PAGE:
Researchers crack scientific mystery with 110-year-old experiment
Researchers have used a 110-year-old experiment to crack a scientific mystery which could now help to revolutionise the tiny electronic circuits that control everything from coffee machines to medical implants.
The breakthrough, which was made by a group of students at Queen’s University Belfast, has revealed the electronic properties of an unusual nanoscale material for the very first time.
Using a modernised version of an old experimental geometry dating back to 1911, the researchers were able to measure for the first time the exact electronic properties of a “domain wall”. These are nanoscale, two-dimensional sheets which are embedded in some crystalline materials.
Domain walls can be more electrically conducting than the surrounding crystal. They are useful as nanoscale electrical connections, but their true potential lies in the fact that can also be created, destroyed, and moved around as required. This makes them very flexible and adaptable in comparison to current technologies, which all rely on fixed-in-place components.
Devices based on these mobile domain walls would be completely reconfigurable - they could change their function entirely or even heal themselves if they broke down. And all of this could take place in the blink of an eye, paving the way for an entirely different kind of electronic circuit.
To date, scientists have found it difficult to examine domain walls in detail. With widths down to only a few atoms - around ten-thousand times thinner than the width of a human hair - they are very small and not easy to access. Now, the Queen’s researchers have been able to shed light on the materials’ capabilities and this could lead the way for futuristic electrical circuits that can reconfigure and repair themselves.
Conor McCluskey, one of the students who led the experiment in the School of Mathematics and Physics at Queen’s, comments: “We have been able to use an experiment which is more than a century old to crack a modern-day mystery within nanotechnology. We have been able to show in detail exactly how the domain walls conduct electricity.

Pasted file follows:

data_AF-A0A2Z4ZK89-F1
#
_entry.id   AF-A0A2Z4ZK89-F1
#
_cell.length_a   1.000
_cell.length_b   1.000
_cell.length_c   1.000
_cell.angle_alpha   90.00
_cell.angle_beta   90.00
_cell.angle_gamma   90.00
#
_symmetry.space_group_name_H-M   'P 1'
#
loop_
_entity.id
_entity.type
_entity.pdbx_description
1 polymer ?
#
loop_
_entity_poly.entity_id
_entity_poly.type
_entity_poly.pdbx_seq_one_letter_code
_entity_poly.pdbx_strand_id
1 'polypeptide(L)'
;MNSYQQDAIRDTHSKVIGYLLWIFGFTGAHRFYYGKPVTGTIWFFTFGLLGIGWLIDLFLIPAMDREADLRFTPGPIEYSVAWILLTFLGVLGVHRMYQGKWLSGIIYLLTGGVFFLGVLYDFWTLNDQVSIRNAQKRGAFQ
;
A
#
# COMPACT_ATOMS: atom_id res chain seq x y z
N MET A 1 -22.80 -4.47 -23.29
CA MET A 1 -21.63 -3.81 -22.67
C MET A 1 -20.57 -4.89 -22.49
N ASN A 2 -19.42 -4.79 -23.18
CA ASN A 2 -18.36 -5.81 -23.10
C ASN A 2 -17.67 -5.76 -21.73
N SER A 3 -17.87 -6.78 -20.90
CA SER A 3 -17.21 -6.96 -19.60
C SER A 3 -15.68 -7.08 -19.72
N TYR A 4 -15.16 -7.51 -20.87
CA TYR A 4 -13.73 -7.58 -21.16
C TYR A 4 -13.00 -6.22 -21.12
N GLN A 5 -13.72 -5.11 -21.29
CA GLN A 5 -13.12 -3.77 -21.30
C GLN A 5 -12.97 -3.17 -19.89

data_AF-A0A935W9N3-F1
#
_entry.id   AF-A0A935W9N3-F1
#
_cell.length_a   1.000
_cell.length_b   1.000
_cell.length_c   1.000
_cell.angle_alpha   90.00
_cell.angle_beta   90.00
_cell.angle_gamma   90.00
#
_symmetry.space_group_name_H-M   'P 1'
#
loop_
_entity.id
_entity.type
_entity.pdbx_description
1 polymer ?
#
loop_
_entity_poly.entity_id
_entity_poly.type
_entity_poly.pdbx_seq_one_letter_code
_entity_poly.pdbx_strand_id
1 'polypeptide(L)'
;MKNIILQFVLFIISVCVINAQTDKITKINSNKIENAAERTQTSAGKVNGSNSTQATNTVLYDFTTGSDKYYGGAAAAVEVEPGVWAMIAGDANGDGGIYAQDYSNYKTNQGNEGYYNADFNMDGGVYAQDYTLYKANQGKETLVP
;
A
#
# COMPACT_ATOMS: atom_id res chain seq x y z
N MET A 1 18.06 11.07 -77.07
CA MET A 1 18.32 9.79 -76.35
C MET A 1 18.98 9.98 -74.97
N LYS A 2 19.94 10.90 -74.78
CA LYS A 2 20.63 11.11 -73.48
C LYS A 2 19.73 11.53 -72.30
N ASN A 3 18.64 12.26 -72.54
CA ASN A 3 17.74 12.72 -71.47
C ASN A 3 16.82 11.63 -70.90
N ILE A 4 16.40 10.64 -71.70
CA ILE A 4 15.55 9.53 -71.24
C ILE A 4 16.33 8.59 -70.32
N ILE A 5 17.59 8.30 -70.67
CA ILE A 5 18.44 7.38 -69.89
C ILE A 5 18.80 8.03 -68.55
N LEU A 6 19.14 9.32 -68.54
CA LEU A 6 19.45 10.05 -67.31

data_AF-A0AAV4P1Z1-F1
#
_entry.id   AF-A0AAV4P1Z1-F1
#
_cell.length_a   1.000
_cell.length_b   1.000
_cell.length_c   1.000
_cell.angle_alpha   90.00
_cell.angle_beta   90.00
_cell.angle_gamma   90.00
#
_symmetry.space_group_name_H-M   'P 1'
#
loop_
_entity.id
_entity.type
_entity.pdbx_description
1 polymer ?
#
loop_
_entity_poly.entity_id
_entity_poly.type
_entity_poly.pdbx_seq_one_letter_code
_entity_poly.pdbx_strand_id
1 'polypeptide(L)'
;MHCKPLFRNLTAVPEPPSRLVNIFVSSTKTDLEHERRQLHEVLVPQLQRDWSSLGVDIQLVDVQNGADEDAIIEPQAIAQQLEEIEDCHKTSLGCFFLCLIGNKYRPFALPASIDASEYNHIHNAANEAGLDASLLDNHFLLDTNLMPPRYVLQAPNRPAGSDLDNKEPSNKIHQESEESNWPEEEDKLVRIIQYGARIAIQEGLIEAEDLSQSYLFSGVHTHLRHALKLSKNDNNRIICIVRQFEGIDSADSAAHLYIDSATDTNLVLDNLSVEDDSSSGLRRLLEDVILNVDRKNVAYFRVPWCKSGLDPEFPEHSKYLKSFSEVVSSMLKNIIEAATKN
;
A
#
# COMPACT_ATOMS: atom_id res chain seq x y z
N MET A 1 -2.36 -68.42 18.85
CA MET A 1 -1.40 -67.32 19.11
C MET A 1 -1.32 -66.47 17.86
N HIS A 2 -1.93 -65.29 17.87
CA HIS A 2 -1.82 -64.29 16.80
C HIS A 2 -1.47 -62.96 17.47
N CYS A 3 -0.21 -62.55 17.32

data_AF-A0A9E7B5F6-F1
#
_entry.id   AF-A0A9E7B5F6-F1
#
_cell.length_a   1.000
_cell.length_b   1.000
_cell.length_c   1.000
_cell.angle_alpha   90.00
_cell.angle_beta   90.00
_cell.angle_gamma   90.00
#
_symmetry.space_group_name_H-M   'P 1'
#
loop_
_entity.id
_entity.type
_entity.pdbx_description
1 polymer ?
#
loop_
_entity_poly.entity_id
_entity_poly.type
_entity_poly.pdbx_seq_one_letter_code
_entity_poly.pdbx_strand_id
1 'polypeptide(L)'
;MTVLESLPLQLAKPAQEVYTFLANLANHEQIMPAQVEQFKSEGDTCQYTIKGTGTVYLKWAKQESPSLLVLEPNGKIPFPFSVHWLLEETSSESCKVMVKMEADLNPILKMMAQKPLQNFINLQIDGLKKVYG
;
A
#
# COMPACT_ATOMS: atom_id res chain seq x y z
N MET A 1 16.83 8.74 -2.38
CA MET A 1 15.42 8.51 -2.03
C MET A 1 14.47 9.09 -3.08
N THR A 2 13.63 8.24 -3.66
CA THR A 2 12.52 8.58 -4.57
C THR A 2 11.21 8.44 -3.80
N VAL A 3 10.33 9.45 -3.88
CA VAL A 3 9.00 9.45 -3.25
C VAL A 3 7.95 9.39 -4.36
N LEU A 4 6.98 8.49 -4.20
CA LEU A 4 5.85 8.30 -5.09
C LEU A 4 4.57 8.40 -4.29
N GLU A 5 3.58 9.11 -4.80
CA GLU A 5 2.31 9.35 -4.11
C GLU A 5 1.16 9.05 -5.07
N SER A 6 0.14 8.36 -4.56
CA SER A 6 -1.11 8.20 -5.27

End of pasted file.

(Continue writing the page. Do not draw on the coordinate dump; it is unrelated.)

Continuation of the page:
“We now know that the electrons that carry the electrical current within these domain walls move exceptionally fast at room temperature. They move at similar speeds to the electrons in graphene - which is a wonder material hailed for its conduction properties, and its discovery warranted a Nobel prize in 2004.
“Usually when an electron is carrying a current it eventually scatters off the atoms in the material. This blocks the electron on its journey and creates electrical resistance. We have found that charges in these domain walls can move for a very long time before they get scattered - on average they move quite fast. This property itself is quite useful for high-speed electronics, but combined with the fact that the domain walls themselves are entirely mobile and reconfigurable could be a game changer for nanotechnology.”
Conor adds: “Nanotechnology is at somewhat of a crossroads. Historically we have focussed on making electronic components smaller and smaller. That means you can fit more into your device, and as a result your device is more powerful. We’ve now reached a point where we can’t go any smaller without affecting the reliability of the components, the laws of physics don’t allow it.
“The next generation of devices will need to rely on materials which do something different, and mobile domain walls might offer us just that. Our discovery sheds some light on exactly what is happening in these domain walls to make them behave the way they do, and this understanding is key to creating real domain wall devices that work reliably.”
Professor Marty Gregg from the school of Mathematics and Physics at Queen’s comments: “There’s a great analogy from Professor Nava Setter, a pioneer in domain wall research, to describe the potential applications of domain walls in nanoelectronics. You can think of an electrical circuit as a city, a complex layout of buildings, all linked together by roads.
“Similarly, a circuit has electronic components linked together by electronic connections. If these electrical connections are instead provided by mobile and reconfigurable domain walls, it would be like having the ability to change the layout of the city roads in an instant, allowing you a direct path to your destination. Now, we are beginning to reveal the true electronic properties of the domain walls themselves. Rather than simply acting as connections, it seems like they can act as the functional components themselves. Sticking to the analogy, we can move and recreate the actual buildings in the city, rather than just the connections between them.”
He adds: “With circuits that can reconfigure or repair themselves, we could have tiny electronic devices that are extremely flexible and adaptable. This could make a huge difference to society. For example, the ability to repair electronic devices which are not easy to access, such as in medical implants, or onboard satellites in orbit, that would be a huge benefit.”
The research findings have been recently published in Advanced Materials, one of the most highly regarded journals in physics and materials science.
The Queen’s University team worked in collaboration with teams from France (Dr Manuel Bibes), the US (Professor Alexei Gruverman), and the Republic of Ireland (Professor Ursel Bangert).
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